Megaliths, Landscapes, and Society in the Central Highlands of Ethiopia:
An Archaeological Research
par/by Alebachew Belay
On September 25, 2020, Alebachew Belay defended his PhD thesis prepared at the Université Toulouse – Jean Jaurès (UMR 5608 TRACES) under the supervision of François-Xavier Fauvelle. Alebachew Belay presents here the main results of his doctoral research on the megalithism of the central highlands of Ethiopia.
Megalithism is a wide-reaching subject with diverse temporal and typological frameworks. Meanwhile, it is one of the enigmatic research themes in archaeology, mostly characterized by controversies among scholars and collective memories in society. Major megalithic sites, particularly in Europe and Africa, continued to attract researchers from various disciplines. On the other hand, new megalithic sites are coming to light accidentally. Hence, it is among the fascinating areas of research that engage archaeologists across the world.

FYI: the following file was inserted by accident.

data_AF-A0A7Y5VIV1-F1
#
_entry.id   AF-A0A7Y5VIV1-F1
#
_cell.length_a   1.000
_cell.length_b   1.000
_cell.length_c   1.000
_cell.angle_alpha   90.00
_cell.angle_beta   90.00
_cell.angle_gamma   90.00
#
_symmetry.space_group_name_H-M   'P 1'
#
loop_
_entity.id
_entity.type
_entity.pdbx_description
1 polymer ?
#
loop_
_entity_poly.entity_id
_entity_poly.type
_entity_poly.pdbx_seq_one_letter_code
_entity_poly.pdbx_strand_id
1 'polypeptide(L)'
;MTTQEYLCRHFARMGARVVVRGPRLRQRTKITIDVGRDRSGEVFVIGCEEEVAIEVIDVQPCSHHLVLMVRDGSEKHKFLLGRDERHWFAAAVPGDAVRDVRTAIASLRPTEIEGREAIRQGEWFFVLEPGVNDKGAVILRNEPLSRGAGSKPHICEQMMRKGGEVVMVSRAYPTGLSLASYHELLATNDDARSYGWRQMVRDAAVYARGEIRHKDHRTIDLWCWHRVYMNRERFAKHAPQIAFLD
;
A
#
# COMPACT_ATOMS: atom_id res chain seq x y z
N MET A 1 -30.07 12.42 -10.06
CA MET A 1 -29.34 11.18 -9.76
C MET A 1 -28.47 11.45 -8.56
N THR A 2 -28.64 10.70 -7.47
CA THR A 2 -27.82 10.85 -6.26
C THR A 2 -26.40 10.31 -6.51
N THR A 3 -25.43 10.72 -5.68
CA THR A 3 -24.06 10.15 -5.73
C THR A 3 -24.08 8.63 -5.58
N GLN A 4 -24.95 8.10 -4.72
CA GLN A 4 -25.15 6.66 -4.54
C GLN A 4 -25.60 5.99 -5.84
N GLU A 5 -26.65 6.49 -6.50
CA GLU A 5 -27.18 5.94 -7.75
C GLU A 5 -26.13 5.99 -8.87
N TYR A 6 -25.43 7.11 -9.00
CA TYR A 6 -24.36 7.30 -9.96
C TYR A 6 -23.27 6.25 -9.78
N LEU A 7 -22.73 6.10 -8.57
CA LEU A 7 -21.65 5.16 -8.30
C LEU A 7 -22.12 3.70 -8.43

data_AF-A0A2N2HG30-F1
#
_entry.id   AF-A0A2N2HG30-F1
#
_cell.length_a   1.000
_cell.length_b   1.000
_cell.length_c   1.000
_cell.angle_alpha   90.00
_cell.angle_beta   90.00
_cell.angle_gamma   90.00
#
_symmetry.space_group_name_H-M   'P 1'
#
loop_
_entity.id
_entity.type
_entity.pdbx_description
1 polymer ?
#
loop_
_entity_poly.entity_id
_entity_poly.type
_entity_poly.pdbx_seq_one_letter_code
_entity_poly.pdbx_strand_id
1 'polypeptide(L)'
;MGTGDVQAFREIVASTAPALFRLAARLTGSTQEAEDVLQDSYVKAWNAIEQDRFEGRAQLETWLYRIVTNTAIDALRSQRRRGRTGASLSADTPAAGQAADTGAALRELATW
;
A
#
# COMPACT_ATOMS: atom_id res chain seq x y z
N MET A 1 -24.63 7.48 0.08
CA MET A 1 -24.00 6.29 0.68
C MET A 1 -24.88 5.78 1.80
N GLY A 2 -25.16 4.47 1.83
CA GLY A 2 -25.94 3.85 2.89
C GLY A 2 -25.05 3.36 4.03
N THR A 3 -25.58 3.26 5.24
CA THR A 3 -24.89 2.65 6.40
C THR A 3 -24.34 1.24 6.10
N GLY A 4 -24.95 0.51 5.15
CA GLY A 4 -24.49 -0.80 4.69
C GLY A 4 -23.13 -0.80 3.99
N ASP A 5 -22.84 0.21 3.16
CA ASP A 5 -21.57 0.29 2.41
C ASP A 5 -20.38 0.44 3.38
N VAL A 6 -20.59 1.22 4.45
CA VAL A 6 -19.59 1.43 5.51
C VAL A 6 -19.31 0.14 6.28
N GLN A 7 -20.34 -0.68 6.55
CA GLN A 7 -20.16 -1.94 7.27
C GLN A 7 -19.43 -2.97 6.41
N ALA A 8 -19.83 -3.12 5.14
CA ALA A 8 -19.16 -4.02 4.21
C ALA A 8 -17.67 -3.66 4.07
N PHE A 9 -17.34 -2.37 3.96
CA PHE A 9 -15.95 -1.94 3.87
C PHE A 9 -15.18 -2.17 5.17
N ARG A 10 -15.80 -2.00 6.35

In Ethiopia, the archaeological study of megaliths was started by the beginning of the 20th century in the North and decades later in the South. Since then, several megalithic sites and monuments were noted and published. However, megalithic sites in the Central Highlands of Ethiopia were left unidentified for long. Their presence was first reported in the 1980s (Anfray 1983). Since then, archaeological surveys and excavations were taken-up. This effort of an Ethio-French team brought to light a previously unknown culture, later called the “Shay Culture” (Fauvelle & Poissonnier, 2012). The team conducted archaeological campaigns in a multi-disciplinary approach and documented nearly ninety tumuli in five districts of North Shewa. On this basis, excavations of three tumuli and stelae in Menz, and a hypogeum in South Wollo were conducted. Of these, the chronological establishments that place the Shay Culture between the 9th and 14th centuries and the findings from grave goods including ceramics throw light on the forgotten but magnificent megalithic culture that existed in the Central Highlands of Ethiopia.
After almost a decade of pause, the present PhD research commenced in 2016. It was targeted to broaden the scope and address major questions left in our understanding of Shay culture. In this case, major findings of the previous studies were drawn, and target priorities of the present study were set.